Elizabeth is a 40-year-old woman currently going through a divorce after her husband left her for another woman. Elizabeth has been married for 15 years. She has been actively involved in her church community. Elizabeth is feeling depressed and guilty for not being able to make her marriage work. She has thoughts of being a failure and that people in her community are going to judge her. Elizabeth starts to struggle to get out of bed and leave the house. She feels overwhelmed at times with her emotions. She feels she cannot stop thinking about her perceived failure and what will happen in her future.
Intense emotions can toss us around and make us act differently. Sometimes we feel as if our emotions are controlling us. Like Elizabeth, maybe we feel stuck in a loop of thoughts that paralyze us. But such emotions do not last forever. Eventually they subside.
Emotions are natural. In fact, God created us to have emotions for a reason. Emotions act like signals. They can communicate to us, mask another emotion, or motivate us to take action. Elizabeth’s emotions may have been communicating to her that she needs to pay attention to her core beliefs, or that her depression is covering up another emotion of guilt. To work through this, Elizabeth can reflect on whether her sense of guilt fits the facts of her situation. Was the divorce completely Elizabeth’s choice? Guilt can fit the facts when one’s actions do not match up with one’s values.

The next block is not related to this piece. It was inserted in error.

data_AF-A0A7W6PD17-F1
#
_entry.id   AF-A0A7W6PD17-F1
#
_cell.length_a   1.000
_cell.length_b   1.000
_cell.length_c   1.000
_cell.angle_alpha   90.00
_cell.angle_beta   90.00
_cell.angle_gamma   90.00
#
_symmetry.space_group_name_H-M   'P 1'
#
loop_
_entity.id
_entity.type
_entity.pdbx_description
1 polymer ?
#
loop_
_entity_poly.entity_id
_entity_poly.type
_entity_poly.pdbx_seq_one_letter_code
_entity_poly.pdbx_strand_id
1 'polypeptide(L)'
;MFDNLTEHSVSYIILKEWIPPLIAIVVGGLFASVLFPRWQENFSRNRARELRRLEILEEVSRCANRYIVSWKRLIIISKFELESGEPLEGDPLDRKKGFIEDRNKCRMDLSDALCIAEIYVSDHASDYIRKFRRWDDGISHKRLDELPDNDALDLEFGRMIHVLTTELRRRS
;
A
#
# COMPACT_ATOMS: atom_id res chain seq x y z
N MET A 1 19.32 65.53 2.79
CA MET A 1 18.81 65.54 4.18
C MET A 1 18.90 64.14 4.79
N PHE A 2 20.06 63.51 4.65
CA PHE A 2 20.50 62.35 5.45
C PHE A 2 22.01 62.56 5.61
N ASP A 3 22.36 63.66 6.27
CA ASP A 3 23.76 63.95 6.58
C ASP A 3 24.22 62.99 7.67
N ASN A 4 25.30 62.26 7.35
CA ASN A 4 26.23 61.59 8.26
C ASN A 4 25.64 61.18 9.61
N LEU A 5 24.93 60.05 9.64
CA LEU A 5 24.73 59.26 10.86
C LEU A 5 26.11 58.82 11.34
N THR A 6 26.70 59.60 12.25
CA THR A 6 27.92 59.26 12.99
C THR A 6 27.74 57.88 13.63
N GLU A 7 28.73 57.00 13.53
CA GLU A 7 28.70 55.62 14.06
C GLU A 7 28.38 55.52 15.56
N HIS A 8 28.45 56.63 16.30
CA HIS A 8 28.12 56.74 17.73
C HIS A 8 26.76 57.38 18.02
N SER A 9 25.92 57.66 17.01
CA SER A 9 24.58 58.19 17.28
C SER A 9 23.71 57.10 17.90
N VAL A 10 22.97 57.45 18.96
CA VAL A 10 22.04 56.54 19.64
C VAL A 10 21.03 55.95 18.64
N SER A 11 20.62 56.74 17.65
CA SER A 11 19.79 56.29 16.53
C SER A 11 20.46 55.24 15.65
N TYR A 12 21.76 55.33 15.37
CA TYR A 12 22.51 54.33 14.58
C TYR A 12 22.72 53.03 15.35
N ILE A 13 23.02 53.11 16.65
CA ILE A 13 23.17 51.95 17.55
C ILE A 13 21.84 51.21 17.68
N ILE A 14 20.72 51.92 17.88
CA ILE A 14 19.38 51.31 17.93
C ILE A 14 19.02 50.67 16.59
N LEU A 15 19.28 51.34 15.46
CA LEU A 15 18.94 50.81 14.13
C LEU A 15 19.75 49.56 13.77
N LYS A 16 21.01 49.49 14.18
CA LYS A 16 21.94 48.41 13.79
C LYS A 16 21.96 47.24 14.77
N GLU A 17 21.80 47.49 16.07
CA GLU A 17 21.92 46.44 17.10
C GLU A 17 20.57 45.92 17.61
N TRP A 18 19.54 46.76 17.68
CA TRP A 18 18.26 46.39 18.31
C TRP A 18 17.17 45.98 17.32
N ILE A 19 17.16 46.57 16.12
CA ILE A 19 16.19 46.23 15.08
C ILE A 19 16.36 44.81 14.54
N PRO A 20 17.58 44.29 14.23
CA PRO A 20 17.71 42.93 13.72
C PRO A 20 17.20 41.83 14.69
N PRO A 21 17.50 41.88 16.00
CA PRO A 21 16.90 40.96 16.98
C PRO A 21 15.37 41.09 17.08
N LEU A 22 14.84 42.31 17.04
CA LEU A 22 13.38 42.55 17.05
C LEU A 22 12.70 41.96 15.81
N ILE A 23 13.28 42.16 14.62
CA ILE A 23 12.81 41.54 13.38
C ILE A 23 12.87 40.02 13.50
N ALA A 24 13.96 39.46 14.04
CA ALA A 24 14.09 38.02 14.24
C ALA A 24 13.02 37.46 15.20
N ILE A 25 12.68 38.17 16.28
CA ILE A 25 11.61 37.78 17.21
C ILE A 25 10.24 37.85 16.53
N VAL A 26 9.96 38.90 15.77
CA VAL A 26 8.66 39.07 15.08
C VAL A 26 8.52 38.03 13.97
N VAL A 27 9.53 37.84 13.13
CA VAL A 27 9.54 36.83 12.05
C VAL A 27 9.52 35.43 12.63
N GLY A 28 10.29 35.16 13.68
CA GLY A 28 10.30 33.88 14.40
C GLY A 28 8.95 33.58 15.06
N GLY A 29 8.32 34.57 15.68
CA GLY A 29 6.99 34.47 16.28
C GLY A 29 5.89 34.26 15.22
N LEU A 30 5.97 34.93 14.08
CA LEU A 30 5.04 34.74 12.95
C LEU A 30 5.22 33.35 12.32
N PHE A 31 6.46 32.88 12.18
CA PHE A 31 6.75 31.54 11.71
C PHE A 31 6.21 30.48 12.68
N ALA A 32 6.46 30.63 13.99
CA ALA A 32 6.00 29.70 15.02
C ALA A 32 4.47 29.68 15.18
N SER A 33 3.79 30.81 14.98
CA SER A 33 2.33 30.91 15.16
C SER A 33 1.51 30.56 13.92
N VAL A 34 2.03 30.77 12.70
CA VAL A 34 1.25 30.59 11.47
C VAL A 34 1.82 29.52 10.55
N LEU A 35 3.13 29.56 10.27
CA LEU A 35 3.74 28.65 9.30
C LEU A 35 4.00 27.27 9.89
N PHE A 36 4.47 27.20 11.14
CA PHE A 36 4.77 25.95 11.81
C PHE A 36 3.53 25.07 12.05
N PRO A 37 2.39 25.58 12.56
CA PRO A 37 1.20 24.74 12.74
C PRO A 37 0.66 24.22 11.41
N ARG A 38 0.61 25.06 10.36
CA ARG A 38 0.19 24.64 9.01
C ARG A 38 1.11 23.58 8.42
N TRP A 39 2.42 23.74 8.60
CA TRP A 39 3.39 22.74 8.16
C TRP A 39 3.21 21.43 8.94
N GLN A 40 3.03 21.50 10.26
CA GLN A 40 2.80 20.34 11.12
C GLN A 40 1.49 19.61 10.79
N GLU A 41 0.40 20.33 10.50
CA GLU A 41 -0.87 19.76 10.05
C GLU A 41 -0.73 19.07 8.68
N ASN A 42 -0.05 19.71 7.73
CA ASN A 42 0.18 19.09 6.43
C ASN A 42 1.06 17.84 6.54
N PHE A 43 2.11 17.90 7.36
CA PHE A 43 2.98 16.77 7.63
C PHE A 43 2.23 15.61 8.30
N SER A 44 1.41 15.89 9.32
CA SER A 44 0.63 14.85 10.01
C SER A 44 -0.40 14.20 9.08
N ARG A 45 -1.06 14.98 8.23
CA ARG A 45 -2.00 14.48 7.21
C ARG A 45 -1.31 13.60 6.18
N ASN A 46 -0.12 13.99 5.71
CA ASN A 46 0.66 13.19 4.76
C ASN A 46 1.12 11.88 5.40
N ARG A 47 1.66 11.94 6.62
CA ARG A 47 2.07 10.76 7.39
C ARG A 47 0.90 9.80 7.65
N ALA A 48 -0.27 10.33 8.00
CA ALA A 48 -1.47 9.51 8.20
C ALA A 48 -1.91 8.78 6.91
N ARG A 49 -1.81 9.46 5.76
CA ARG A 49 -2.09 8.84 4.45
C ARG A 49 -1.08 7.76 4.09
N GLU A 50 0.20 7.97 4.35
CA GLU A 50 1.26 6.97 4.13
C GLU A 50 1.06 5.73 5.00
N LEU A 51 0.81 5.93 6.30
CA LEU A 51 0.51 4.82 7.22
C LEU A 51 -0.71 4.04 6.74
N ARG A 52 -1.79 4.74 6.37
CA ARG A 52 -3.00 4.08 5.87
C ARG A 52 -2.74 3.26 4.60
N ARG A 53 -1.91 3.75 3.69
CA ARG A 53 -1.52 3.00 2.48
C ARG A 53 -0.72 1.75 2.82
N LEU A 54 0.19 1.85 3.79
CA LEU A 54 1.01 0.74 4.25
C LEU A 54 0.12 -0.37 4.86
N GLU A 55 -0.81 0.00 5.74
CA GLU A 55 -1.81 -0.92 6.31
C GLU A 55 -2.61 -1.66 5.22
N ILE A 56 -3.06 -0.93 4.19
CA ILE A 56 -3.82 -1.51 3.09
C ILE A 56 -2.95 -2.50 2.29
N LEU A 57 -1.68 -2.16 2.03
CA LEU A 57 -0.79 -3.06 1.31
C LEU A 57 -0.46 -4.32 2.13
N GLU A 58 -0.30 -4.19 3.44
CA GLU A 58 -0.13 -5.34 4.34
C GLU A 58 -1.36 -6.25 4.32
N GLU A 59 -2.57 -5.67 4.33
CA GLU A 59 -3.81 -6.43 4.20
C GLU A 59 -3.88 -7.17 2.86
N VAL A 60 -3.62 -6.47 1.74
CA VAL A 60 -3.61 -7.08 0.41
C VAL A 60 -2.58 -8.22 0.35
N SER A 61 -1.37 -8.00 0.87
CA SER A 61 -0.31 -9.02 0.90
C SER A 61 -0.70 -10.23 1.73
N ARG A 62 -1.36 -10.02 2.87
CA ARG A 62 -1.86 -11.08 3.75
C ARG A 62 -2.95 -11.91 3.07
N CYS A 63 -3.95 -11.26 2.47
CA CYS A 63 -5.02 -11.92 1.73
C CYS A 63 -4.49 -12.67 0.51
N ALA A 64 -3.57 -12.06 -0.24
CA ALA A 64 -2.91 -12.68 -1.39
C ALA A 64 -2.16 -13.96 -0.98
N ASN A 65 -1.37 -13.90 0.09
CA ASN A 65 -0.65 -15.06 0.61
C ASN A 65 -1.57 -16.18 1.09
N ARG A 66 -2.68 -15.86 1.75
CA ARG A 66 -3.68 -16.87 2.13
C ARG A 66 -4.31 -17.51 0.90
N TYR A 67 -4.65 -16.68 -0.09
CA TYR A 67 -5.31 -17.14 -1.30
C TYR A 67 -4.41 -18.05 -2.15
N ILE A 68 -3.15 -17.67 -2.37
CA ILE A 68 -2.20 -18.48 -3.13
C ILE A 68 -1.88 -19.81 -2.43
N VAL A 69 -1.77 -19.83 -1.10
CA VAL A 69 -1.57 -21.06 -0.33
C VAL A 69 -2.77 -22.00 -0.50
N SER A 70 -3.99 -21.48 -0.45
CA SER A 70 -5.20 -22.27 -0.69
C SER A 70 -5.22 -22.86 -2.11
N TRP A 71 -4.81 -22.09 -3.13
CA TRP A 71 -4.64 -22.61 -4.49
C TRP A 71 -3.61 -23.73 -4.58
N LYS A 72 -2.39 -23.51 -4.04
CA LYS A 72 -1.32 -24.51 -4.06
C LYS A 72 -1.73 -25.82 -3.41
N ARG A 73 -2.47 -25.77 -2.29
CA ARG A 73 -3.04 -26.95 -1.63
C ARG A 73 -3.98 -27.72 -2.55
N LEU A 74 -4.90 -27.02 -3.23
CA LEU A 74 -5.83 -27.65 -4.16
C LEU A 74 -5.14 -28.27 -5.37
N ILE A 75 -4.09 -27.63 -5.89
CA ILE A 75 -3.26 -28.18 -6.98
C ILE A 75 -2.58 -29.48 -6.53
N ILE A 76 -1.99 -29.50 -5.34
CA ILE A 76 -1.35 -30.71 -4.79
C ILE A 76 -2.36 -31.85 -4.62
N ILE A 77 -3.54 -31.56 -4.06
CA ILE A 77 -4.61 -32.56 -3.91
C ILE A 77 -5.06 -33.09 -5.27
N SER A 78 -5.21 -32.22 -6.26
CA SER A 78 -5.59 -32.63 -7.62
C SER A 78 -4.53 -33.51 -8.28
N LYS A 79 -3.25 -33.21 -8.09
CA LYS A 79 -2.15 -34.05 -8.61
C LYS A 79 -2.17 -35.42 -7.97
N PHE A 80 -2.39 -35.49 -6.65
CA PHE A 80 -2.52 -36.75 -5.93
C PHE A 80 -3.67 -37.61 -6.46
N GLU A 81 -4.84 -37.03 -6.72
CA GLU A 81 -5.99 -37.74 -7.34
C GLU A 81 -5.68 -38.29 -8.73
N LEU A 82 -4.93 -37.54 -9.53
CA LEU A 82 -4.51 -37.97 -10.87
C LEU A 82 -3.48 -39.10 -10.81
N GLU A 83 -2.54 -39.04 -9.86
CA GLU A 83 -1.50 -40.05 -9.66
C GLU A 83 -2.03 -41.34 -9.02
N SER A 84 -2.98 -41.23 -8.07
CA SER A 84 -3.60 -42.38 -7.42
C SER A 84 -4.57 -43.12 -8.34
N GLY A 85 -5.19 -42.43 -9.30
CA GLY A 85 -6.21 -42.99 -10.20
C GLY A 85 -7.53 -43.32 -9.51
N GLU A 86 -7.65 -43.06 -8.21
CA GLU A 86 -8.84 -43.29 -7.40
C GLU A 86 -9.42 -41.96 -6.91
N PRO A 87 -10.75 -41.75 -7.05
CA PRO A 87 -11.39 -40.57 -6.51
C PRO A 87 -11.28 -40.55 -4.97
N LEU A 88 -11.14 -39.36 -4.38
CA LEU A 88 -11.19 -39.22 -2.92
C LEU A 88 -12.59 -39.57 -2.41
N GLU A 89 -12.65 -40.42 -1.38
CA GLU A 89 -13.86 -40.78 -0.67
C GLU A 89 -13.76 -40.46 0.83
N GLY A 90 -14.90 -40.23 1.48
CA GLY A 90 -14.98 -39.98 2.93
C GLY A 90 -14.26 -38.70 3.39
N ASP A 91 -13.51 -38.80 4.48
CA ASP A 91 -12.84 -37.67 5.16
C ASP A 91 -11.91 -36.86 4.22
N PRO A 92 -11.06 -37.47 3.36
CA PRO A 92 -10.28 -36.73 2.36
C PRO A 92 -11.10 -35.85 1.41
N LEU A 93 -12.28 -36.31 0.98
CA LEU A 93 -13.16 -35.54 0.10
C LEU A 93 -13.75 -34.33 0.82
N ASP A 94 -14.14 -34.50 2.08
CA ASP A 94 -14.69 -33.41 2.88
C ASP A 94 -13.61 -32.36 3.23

Focusing on her thoughts can also lead Elizabeth to more sad thoughts and unhealthy behaviors, such as isolation. How she acts out her emotions is important. By isolating herself and not leaving the house, she is acting out her emotions in a way that is not helpful for her. If Elizabeth can work to act in opposition to her urges to isolate, she then can take steps to challenge her emotions. We might have urges that come with our strong emotions, but we do not have to act on the urges. We can just notice that the urges are there.
In the Bible, Job struggled with depression as he experienced great loss. The more Job thought about his painful circumstances, the more likely it was that he would feel sad and depressed, which could have led to isolation or self-harming behaviors. Yet his depression may have signaled Job to pay attention to God and listen to God’s counsel. How Job behaved in response to his depression is what is important. He cried out to God rather than hurting himself or others.
It is also important to remember that we are not our emotions. Just because Elizabeth is feeling depressed does not mean that she is a depressed person. We all have thousands of thoughts each day. What can happen over time is that our brains get wired to think in certain ways. My brain can learn to filter in anxious or self-critical thoughts and filter out positive and uplifting thoughts (or vice versa). These thoughts then influence how I feel. If I am thinking more about how I am not good enough, then I am more likely to feel insecure or sad. Therefore, the more Elizabeth dwells in her thoughts, the more likely she is to wire her brain to think sad and guilty thoughts.